Be as specific as possible in your response to provide evidence that you have done your research. You should know everything about the aspects of the program that most appeal to you. Have you met current students and alumni? Who are the professors you are excited about? What are the unique programs?
When you discuss how Stanford will help you achieve your ambitions consider that Stanford likes to see applicants who dream big, and have the credibility to achieve their goals. Be bold with your aspirations. Don’t focus on what your parents or partner want you to do. Don’t think about the next job on the corporate ladder. What do you, with your own unique background and values, want for your life?
If the question seems too vast, take a few minutes to close your eyes and reflect. Envision your life in twenty years. Where do you live? How do you spend your days? What is your favorite activity? How does this vision fit into your career aspirations? Don’t be shy about your ambitions. Once you have identified your dream career, you also need to make sure an MBA is an important part of achieving your plans and explain that part in your essay.
Though you should think big, don’t make the mistake of acting as if you are already perfect with no development needed. Remember that MBA programs want to help promising candidates reach their goals and be a step on an ambitious career trajectory.
Finding the Stanford essays challenging? Contact Stacy Blackman Consulting for personalized guidance through the application process.
May 12, 2015
MIT Sloan has just announced the essay questions and deadlines for the class of 2018. This year there is only one required question, a second required short-answer for those invited to interview, and an optional …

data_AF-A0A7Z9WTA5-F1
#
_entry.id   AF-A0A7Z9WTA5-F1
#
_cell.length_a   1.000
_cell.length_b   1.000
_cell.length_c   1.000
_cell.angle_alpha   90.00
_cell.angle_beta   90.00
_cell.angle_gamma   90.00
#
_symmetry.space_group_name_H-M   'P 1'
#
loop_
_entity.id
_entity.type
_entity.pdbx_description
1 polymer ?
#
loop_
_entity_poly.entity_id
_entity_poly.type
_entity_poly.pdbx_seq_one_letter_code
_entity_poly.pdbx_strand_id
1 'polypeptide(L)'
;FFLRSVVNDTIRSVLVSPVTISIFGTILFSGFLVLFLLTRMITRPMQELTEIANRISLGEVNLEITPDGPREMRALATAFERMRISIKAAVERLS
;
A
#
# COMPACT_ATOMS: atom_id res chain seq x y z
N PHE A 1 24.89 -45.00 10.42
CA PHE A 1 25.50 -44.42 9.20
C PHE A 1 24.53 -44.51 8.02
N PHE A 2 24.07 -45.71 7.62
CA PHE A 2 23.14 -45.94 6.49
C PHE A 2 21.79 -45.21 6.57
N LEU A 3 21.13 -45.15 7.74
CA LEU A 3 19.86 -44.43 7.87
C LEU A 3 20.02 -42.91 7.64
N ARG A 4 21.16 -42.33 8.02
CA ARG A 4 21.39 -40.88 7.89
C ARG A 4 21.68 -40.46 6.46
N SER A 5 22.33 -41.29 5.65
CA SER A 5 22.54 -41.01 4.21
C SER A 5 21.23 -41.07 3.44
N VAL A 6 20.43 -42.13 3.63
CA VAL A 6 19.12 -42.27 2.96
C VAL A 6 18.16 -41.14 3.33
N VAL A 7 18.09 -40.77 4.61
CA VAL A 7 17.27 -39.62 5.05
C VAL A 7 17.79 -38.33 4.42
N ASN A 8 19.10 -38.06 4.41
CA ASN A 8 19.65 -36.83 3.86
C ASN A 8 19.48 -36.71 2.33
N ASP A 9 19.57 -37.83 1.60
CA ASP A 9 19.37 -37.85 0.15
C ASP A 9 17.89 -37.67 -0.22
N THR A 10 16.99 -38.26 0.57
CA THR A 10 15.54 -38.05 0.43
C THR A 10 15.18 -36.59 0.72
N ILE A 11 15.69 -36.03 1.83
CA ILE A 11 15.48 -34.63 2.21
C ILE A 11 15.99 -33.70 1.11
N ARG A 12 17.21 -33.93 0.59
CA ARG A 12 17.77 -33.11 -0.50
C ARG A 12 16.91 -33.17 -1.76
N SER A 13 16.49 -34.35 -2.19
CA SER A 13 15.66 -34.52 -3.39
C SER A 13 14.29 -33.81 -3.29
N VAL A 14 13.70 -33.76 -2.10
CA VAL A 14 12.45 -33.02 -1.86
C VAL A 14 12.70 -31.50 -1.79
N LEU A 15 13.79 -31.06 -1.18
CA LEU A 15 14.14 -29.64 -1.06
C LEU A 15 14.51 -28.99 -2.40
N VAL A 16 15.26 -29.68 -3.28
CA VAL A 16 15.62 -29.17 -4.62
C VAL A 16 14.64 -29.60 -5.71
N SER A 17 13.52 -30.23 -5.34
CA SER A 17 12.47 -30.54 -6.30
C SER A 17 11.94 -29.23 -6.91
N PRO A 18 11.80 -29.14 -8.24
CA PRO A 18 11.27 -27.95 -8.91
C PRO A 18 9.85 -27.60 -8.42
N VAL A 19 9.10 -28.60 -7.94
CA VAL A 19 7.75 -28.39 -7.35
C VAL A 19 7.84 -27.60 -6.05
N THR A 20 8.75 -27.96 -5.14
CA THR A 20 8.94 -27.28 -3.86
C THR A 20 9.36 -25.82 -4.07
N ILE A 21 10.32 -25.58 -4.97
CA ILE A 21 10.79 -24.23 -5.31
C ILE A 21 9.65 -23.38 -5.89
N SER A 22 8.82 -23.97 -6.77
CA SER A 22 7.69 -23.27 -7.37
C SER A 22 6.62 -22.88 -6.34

MIT Sloan has just announced the essay questions and deadlines for the class of 2018. This year there is only one required question, a second required short-answer for those invited to interview, and an optional open-ended essay.
For many years MIT asked a series of behavioral questions for the admissions essays because past performance was considered to be the best predictor of candidates’ future success. This year the one required essay is a behavioral question again. As you approach topics for the required question consider if you will also answer the optional question. MIT Sloan is looking for people with integrity, passion, creativity, intellectual abilities and drive and determination. Do you have a recent success that will demonstrate some or most of those traits? The success can be professional or outside of work, though should have some relationship to your professional aspirations if possible. If the situation is not one that demonstrates many of the traits MIT Sloan is seeking in candidates, you may also decide to include the optional essay in your application.
We have one required essay at the time of submission: Tell us about a recent success you had: How did you accomplish this? Who else was involved? What hurdles did you encounter? What type of impact did this have? (500 words or fewer).
This essay question is set up to be a behavioral essay question, one that seeks to understand how you think and act in various situations. We often recommend using a framework called STAR to approach questions like this and make sure you are covering all of the required components. STAR stands for: Situation, Task, Action, and Results.
The SITUATION sets the stage and introduces the challenge you faced. It can be a simple sentence like: “My company’s key product was aging and we needed to find an area of growth to maintain revenues.”
Your TASK is a bit more detailed and identifies what solution you decided to implement to address the situation. For example: “I proposed setting up an innovation tournament for our global strategy team to come up with ideas.”
The meat of the essay is the ACTION. Describe in detail what you did to implement the task. Talk about the stakeholders you had to convince, any hurdles to setting up the tournament, how you encouraged buy in among all employees and any other action you personally took to accomplish your goal.